Qassem Soleimani: At least 56 killed in stampede at burial ceremony for Iranian general

Tom Gillespie, news reporter

At least 56 mourners have been killed in a stampede, causing the burial of Iran's top military commander to be postponed, Iran's state television has reported.

More than a million people were on the streets for the funeral procession of Qassem Soleimani, who was killed in a US airstrike near Baghdad airport on Friday.

The stampede in the general's hometown of Kerman has also left 213 people injured. He was due to be buried in a "martyrs' cemetery" today.

It is not now clear when Major General Soleimani's burial will now take place.

As mourners gathered in Kerman, the semi-official Fars news agency reported that a top Iranian security official said Tehran is considering 13 "revenge scenarios" following the drone strike on the general.

Ali Shamkhani, secretary of the Supreme National Security Council of Iran, said: "The Americans should know that until now 13 revenge scenarios have been discussed in the council and even if there is consensus on the weakest scenario carrying it out can be a historic nightmare for the Americans."

Meanwhile, a senior Iranian official has said the country is "ready to come back to full compliance" in the nuclear agreement it has with a group of world powers.

Deputy foreign minister Abbas Araqchi did not provide any information on possible conditions.

Although Donald Trump has defended the US attack, the fury generated by Maj Gen Soleimani's death in both Iran and Iraq has led to the US-led coalition scaling back its operations in Baghdad.

American soldiers are set to be "repositioned" after Iraq's parliament called for all 5,000 US troops to leave the country - and a letter seen by Reuters suggests the US will move its forces over the "coming days and weeks".

However, US Defence Secretary Mark Esper said there had been "no decision whatsoever to leave Iraq".

Sky News correspondent Mark Stone said: "We understand around 1,100 forces in the green zone in Baghdad will be thinned out by a half or so.

"Some will be relocated within in Iraq, others in Kuwait.

"The plan we're told is that at some stage they will come back. The rest of the coalition forces in Iraq will remain."

Reuters says the letter is from William H Seely III, the American commander of Task Force Iraq, and that it has been independently verified.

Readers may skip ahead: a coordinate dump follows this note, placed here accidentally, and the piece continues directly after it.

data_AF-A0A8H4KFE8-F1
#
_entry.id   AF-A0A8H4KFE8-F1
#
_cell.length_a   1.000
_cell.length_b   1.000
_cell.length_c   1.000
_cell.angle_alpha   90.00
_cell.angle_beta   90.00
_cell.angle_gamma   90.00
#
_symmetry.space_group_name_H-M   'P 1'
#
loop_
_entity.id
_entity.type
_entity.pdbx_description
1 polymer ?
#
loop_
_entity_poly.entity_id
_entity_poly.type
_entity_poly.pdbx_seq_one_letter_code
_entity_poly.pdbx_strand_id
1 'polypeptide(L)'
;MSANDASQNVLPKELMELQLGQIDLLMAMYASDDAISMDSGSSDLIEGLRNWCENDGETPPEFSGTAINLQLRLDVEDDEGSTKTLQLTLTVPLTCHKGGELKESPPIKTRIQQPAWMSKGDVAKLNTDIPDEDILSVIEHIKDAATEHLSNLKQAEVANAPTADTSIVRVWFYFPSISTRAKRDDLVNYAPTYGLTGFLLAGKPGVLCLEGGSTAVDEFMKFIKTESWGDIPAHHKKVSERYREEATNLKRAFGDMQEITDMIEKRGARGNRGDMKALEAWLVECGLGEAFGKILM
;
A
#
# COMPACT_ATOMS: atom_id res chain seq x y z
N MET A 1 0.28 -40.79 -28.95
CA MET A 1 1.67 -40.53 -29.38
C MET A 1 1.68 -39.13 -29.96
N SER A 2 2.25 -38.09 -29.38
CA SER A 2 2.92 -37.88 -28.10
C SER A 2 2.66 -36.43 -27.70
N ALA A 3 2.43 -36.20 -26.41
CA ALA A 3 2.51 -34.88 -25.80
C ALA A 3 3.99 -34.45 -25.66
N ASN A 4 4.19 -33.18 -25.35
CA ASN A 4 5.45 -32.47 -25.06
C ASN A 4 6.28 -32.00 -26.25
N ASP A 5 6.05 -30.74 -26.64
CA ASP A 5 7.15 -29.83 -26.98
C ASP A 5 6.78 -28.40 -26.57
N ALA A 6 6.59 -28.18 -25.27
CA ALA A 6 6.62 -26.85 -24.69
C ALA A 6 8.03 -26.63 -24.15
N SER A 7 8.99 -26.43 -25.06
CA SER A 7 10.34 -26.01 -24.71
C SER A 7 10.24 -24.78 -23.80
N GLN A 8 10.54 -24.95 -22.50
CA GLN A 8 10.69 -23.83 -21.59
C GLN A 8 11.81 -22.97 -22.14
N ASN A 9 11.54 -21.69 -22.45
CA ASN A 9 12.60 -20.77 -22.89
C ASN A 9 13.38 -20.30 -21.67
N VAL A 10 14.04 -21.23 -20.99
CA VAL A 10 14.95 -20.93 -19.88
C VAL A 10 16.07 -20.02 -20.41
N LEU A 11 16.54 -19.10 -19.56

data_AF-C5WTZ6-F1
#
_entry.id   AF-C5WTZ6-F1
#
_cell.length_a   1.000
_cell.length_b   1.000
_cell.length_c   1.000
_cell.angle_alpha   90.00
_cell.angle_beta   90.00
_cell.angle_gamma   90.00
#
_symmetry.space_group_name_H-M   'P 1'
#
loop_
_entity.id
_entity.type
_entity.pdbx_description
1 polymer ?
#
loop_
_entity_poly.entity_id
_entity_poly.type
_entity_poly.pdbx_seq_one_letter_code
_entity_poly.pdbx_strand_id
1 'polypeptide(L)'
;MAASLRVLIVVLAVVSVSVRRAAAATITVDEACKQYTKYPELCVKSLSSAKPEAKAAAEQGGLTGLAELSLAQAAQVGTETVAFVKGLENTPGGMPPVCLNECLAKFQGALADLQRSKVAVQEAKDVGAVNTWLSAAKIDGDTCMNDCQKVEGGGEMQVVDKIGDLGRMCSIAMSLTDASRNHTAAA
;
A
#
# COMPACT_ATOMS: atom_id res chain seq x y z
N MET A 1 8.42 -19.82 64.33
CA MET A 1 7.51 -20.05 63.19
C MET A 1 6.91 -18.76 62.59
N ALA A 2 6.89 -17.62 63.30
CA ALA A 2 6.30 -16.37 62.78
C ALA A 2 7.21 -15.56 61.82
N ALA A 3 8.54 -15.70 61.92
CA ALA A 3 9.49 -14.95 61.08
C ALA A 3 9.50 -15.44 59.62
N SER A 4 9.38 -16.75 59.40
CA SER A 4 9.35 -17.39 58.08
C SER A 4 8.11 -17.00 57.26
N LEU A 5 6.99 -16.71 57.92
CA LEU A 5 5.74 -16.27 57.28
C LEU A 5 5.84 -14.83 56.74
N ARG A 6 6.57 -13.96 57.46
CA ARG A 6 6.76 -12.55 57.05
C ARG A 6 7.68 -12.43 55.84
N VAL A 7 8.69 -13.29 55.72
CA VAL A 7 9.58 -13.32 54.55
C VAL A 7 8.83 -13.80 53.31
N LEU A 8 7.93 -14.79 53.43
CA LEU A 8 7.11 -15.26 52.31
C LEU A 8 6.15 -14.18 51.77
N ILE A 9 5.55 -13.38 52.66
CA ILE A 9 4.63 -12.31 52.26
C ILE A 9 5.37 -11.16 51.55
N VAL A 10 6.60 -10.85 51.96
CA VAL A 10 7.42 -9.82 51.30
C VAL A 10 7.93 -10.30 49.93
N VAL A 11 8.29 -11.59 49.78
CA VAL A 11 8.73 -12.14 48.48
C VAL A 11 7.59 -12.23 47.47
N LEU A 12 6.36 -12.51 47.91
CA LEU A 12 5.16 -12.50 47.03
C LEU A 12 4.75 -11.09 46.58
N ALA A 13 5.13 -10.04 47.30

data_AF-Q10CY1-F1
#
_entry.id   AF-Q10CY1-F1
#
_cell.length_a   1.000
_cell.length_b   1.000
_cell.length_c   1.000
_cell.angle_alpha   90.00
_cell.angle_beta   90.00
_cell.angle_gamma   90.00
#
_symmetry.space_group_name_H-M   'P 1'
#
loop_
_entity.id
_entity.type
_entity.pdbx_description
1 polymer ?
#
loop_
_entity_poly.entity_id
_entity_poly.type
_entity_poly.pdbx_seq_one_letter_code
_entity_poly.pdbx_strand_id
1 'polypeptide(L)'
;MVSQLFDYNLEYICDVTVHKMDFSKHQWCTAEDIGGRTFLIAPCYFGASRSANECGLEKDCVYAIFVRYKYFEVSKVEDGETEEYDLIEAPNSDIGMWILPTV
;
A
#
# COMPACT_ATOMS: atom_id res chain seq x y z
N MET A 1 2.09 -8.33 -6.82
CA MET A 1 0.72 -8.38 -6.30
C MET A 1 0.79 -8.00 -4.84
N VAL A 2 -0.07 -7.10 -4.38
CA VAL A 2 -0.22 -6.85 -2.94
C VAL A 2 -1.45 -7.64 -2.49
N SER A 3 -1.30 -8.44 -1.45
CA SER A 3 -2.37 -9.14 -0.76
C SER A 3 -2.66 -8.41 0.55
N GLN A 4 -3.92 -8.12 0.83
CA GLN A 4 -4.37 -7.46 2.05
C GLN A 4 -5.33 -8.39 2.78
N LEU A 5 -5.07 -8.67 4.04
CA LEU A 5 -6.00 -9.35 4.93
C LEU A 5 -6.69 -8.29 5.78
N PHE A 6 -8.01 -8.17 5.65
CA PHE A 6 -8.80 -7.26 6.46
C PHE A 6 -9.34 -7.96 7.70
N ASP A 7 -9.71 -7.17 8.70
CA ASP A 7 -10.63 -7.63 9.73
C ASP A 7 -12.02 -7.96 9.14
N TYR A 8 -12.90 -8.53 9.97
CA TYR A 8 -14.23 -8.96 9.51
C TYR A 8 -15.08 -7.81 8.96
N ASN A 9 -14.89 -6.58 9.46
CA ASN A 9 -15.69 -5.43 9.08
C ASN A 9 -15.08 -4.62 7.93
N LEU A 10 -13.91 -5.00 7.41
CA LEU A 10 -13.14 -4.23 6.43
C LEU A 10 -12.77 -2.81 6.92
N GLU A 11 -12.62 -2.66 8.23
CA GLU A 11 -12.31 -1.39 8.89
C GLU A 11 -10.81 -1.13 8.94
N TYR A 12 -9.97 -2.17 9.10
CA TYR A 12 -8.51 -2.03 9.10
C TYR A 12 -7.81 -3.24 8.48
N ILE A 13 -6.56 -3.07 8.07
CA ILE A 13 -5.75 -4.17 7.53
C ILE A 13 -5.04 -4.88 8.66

Top US general Mark Milley, chairman of the Joint Chiefs of Staff, also sought to play down the letter, saying it was poorly worded and incorrectly implied withdrawal, when it was only meant to draw attention to increased troop movements.

Canada has confirmed it will temporarily move some troops from Iraq to Kuwait for safety reasons. Germany is also moving some troops out.

The leader of Iran's Revolutionary Guard has threatened to "set ablaze" places supported by the US over the killing of Maj Gen Soleimani.

He said Maj Gen Soleimani represented an even greater threat to Iran's enemies as a martyr, including to the country's longtime regional enemy Israel.

Mr Salami said: "We will take revenge. We will set ablaze where they like."

His words drew cries of "death to Israel".

Mr Salami's vow mirrored the demands of top Iranian officials such as Supreme Leader Ayatollah Ali Khamenei, as well as supporters across the Islamic Republic, who are demanding retaliation against the US for the killing.

Britain has reduced staff at its embassies in Iran and Iraq to a minimum level as a precaution, Sky News understands.

US embassies in France, Algeria, Morocco, and also in some sub-Saharan African nations, have told staff they could be at risk. Sweden has joined the list of countries telling its citizens not to travel to Iraq, outside of the Kurdish region.

Police said millions of people lined the streets of the Iranian capital Tehran as Maj Gen Soleimani's coffin was paraded through the city on Monday.

Ayatollah Ali Khamenei wept during prayers for the general - and the commander's daughter warned that the US and Israel faced a "dark day".

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The outpouring of grief was an unprecedented honour for a man was regarded by many as the second-most powerful person in Iran .

He led the Quds unit of Iran's revolutionary guard and was responsible for expanding the country's influence in the Middle East - mainly through linked Shia militias.

The US blames him for the killing of American troops in Iraq and accused him of plotting new attacks just before his death on Friday.

President Donald Trump ordered last week's strike on the general after the death of an American contractor in Iraq.

Mr Trump has hit back at Iran's vow of "severe revenge" by warning that the US military has identified 52 Iranian sites, including some of cultural significance.